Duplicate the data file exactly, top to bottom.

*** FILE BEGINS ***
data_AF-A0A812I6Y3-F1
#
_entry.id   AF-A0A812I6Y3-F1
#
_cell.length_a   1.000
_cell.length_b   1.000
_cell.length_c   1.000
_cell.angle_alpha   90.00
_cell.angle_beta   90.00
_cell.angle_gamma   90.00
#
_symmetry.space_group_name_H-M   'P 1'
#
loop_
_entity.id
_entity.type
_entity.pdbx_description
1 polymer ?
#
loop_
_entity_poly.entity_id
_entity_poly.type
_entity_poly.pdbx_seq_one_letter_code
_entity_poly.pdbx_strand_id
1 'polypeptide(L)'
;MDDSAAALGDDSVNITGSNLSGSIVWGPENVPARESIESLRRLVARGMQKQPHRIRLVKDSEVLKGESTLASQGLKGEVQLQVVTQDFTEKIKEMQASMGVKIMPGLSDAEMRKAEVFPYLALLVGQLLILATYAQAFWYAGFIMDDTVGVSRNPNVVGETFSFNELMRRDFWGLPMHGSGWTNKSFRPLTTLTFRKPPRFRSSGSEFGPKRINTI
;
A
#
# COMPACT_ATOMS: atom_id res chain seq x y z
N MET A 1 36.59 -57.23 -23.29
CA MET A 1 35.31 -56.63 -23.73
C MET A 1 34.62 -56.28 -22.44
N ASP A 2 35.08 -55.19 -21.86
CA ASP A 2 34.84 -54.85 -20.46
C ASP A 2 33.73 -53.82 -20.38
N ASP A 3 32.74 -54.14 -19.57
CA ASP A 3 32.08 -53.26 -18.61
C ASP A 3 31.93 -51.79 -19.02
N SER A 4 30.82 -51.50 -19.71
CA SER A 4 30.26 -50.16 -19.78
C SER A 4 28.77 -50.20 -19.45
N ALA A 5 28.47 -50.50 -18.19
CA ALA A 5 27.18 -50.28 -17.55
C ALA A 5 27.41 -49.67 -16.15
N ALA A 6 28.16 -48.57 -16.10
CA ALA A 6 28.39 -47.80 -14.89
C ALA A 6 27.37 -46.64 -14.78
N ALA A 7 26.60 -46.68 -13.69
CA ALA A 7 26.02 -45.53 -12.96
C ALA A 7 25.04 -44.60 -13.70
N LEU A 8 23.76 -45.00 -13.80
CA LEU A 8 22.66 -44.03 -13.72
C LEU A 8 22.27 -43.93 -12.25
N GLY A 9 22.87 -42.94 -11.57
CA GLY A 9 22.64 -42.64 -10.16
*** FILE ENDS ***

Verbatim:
data_AF-A0A812I6Y3-F1
#
_entry.id   AF-A0A812I6Y3-F1
#
_cell.length_a   1.000
_cell.length_b   1.000
_cell.length_c   1.000
_cell.angle_alpha   90.00
_cell.angle_beta   90.00
_cell.angle_gamma   90.00
#
_symmetry.space_group_name_H-M   'P 1'
#
loop_
_entity.id
_entity.type
_entity.pdbx_description
1 polymer ?
#
loop_
_entity_poly.entity_id
_entity_poly.type
_entity_poly.pdbx_seq_one_letter_code
_entity_poly.pdbx_strand_id
1 'polypeptide(L)'
;MDDSAAALGDDSVNITGSNLSGSIVWGPENVPARESIESLRRLVARGMQKQPHRIRLVKDSEVLKGESTLASQGLKGEVQLQVVTQDFTEKIKEMQASMGVKIMPGLSDAEMRKAEVFPYLALLVGQLLILATYAQAFWYAGFIMDDTVGVSRNPNVVGETFSFNELMRRDFWGLPMHGSGWTNKSFRPLTTLTFRKPPRFRSSGSEFGPKRINTI
;
A
#
# COMPACT_ATOMS: atom_id res chain seq x y z
N MET A 1 36.59 -57.23 -23.29
CA MET A 1 35.31 -56.63 -23.73
C MET A 1 34.62 -56.28 -22.44
N ASP A 2 35.08 -55.19 -21.86
CA ASP A 2 34.84 -54.85 -20.46
C ASP A 2 33.73 -53.82 -20.38
N ASP A 3 32.74 -54.14 -19.57
CA ASP A 3 32.08 -53.26 -18.61
C ASP A 3 31.93 -51.79 -19.02
N SER A 4 30.82 -51.50 -19.71
CA SER A 4 30.26 -50.16 -19.78
C SER A 4 28.77 -50.20 -19.45
N ALA A 5 28.47 -50.50 -18.19
CA ALA A 5 27.18 -50.28 -17.55
C ALA A 5 27.41 -49.67 -16.15
N ALA A 6 28.16 -48.57 -16.10
CA ALA A 6 28.39 -47.80 -14.89
C ALA A 6 27.37 -46.64 -14.78
N ALA A 7 26.60 -46.68 -13.69
CA ALA A 7 26.02 -45.53 -12.96
C ALA A 7 25.04 -44.60 -13.70
N LEU A 8 23.76 -45.00 -13.80
CA LEU A 8 22.66 -44.03 -13.72
C LEU A 8 22.27 -43.93 -12.25
N GLY A 9 22.87 -42.94 -11.57
CA GLY A 9 22.64 -42.64 -10.16